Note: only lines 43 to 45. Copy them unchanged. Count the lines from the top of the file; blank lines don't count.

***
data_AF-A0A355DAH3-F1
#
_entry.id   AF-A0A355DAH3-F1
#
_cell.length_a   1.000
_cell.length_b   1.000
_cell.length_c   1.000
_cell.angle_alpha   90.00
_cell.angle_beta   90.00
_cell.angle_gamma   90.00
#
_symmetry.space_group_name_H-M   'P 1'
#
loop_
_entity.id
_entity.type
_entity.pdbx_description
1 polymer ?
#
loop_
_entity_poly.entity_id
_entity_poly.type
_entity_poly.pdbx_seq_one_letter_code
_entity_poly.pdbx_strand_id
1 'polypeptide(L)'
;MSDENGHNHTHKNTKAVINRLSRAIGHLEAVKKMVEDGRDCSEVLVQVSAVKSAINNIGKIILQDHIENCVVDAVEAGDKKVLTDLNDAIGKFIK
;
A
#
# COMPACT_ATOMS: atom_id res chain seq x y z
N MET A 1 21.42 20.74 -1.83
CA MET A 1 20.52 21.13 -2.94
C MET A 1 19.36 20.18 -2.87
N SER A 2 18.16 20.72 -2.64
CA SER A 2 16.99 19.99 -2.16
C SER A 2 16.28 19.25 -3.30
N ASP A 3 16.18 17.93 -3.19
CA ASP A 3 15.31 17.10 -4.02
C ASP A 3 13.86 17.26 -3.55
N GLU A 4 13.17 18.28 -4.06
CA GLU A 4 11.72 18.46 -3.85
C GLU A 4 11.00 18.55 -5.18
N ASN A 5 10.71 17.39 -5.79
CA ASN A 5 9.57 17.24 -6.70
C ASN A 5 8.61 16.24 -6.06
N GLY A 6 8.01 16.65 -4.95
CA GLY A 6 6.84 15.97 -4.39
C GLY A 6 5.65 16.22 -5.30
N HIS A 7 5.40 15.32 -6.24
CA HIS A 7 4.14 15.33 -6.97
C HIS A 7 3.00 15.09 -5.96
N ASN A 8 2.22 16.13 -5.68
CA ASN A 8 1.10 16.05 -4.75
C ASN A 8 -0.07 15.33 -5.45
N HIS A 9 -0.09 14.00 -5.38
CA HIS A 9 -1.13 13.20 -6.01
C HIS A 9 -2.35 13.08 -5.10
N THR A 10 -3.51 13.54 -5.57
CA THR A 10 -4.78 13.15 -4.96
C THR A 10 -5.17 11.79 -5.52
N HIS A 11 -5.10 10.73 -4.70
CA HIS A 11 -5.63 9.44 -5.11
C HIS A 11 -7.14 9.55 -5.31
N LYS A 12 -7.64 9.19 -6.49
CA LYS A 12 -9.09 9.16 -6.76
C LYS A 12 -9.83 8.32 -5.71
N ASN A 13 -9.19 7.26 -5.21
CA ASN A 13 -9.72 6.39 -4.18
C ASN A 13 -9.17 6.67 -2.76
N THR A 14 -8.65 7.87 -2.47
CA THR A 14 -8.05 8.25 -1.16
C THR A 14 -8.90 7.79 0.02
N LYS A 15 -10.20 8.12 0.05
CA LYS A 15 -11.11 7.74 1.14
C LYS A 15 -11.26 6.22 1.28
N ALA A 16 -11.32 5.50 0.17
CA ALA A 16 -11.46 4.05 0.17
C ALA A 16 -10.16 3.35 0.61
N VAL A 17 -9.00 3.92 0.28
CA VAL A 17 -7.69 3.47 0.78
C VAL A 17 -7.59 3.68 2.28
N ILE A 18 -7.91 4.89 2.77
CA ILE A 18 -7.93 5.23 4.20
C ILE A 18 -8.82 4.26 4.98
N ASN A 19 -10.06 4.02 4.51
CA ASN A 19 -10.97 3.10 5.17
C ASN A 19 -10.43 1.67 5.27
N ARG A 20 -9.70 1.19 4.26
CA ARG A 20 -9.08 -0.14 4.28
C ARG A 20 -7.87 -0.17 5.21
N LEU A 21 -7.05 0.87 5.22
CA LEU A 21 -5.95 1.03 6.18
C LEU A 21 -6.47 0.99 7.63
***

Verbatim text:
N ASN A 5 10.71 17.39 -5.79
CA ASN A 5 9.57 17.24 -6.70
C ASN A 5 8.61 16.24 -6.06